At an international conference on Sept. 26, Academia Sinica academician Chou Chang-hung said that with the onset of global warming, wild plant species at average to high altitudes have been showing a tendency to migrate to higher altitudes, adding that if these species continue to migrate they will eventually reach a point where there is nowhere to grow. Chou says that six plant species indigenous to Taiwan, including Yushan’s Hypericum nagasawai, will soon face extinction, and says that the preservation of genetic resources brooks no delay.
The Taiwan Endemic Species Research Institute (TESRI) under the Council of Agriculture held the International Conference on the Collection and Preservation of Plant Genetic Resources on Sept. 26, with Peter H. Raven, a former science consultant for the Clinton administration and longtime director of the Missouri Botanical Garden, around a dozen other international experts from South Africa, England, Germany and China, as well as Academia Sinica’s Chou, Lee Chia-wei, a professor in National Ching Hua University’s Department of Life Sciences, and Chiu Chi-jung and Chung Kuo-fang, both professors in National Taiwan University’s School of Forestry and Resource Conservation, presenting papers at the conference.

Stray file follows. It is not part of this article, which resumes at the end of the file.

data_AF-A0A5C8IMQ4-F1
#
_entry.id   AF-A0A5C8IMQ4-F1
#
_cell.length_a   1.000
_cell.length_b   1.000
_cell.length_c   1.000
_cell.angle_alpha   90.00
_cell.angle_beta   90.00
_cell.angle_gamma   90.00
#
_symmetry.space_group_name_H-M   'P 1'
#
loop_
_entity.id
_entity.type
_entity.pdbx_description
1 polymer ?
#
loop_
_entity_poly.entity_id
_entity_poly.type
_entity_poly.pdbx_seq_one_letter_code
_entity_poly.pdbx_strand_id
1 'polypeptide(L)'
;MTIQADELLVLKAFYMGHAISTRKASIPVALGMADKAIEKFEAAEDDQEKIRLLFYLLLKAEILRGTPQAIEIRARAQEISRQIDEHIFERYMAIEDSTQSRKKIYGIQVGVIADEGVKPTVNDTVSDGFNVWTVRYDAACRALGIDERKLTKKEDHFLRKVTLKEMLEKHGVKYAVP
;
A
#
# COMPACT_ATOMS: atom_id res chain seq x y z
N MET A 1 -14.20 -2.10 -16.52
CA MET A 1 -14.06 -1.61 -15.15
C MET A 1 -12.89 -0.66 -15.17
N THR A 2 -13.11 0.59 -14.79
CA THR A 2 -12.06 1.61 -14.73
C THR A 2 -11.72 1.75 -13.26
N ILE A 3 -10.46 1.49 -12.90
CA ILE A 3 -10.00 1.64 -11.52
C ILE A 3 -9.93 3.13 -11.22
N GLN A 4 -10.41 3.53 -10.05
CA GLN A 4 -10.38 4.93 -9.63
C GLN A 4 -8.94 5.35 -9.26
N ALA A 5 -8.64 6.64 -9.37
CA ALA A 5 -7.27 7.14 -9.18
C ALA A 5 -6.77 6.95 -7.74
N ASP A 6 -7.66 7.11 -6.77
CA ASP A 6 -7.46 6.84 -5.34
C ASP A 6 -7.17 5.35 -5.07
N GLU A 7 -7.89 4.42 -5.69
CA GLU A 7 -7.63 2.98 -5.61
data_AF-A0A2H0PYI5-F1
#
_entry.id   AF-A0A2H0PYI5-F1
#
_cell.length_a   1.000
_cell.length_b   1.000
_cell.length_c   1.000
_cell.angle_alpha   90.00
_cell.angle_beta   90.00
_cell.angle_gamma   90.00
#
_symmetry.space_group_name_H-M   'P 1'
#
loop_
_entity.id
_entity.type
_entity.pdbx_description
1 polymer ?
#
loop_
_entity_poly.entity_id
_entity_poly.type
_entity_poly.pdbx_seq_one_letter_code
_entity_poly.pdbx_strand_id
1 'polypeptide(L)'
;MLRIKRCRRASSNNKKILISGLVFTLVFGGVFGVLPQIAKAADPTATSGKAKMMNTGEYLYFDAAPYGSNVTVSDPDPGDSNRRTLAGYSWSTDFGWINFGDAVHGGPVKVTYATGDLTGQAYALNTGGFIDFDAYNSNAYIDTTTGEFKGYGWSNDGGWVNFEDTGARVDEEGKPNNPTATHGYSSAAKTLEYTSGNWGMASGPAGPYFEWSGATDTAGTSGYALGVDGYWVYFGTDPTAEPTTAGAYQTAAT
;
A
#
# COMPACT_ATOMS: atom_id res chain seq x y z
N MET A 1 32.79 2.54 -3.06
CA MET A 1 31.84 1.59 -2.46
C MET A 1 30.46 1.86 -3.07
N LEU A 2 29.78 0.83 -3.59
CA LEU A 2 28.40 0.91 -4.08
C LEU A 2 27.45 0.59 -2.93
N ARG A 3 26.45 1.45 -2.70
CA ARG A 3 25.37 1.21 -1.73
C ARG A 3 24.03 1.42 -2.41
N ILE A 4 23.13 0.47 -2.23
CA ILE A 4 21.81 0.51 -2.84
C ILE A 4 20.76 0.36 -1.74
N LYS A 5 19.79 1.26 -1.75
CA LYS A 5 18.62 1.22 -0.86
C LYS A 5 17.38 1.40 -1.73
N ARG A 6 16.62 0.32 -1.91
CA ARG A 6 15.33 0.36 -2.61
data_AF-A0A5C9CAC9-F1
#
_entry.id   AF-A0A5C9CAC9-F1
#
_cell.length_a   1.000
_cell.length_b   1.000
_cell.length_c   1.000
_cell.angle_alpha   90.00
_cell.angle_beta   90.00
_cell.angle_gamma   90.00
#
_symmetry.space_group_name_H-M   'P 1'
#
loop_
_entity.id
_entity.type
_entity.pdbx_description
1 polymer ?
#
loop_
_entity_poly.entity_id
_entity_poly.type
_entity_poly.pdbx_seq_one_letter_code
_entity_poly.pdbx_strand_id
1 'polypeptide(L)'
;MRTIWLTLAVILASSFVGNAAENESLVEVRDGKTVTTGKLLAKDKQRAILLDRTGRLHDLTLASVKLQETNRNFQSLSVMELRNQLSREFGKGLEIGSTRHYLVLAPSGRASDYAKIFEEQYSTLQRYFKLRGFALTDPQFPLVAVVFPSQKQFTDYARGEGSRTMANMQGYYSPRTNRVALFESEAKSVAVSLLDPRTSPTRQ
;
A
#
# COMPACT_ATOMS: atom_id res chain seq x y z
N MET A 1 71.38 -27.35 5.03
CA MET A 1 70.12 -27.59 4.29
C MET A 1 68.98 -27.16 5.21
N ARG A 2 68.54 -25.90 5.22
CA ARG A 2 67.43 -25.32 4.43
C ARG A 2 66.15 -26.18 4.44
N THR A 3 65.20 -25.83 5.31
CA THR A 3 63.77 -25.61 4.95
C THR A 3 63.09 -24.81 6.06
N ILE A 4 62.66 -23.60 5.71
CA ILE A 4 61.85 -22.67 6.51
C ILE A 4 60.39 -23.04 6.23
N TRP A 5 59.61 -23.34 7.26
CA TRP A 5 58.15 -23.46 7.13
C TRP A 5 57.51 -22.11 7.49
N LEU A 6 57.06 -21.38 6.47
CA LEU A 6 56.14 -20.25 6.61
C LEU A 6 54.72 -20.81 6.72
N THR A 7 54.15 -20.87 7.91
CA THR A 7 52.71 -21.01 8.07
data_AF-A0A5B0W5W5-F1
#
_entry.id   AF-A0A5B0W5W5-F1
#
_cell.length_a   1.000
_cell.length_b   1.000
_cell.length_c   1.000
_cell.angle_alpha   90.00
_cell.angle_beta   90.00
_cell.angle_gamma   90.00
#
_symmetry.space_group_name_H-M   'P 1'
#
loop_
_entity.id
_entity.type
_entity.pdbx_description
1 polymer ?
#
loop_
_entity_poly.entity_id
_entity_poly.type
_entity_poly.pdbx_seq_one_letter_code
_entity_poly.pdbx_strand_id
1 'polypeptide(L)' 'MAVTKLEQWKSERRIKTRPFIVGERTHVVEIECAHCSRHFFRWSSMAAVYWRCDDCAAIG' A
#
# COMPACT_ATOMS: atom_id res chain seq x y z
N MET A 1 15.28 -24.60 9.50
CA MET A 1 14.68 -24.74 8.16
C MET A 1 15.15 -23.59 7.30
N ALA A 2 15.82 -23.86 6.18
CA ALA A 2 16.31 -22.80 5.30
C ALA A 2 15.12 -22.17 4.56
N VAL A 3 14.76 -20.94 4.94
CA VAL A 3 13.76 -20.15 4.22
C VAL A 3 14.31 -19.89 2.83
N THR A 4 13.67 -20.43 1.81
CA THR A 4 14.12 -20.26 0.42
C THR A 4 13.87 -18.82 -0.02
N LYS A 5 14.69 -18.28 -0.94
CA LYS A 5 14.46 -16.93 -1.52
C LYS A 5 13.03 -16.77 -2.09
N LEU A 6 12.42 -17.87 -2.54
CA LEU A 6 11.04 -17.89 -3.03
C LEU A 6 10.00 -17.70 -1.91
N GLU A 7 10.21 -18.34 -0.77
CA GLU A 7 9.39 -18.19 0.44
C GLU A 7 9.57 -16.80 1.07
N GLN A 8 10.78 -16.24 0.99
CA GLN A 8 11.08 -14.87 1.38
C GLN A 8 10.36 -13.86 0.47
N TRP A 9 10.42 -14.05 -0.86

Chou says research shows that from 1906 to 2006 plant life at average to high altitudes in the Hehuanshan area gradually migrated to higher altitudes due to global warming, averaging 3.6m per year. If this migration trend is not slowed down, there will eventually be no more land available for the plants to grow, meaning that at least six of Taiwan’s native plant species — Anaphalis morrisonicola, Artemisia morrisonensis, Swertia randaiensis, Hypericum nagasawai, Angelica morrisonicola, and Cirsium arisanensis — potentially face extinction.
TESRI director Tang Hsiao-yu says that they are currently in the process of planning facilities for the preservation of plant species in high-altitude mountain areas. Still at the preliminary phase of planning, they have decided to create a preservation area at Hehuanshan and will be working to collect and preserve 500 or so of the plant genetic resources currently growing at high altitudes there. With enough manpower and funding, the institute hopes to expand its collection and preservation endeavors to Southeast Asia in the future, potentially benefiting their work by holding exchanges with international experts and learning from the experiences of others, Tang says.
(Liberty Times, Translated by Kyle Jeffcoat)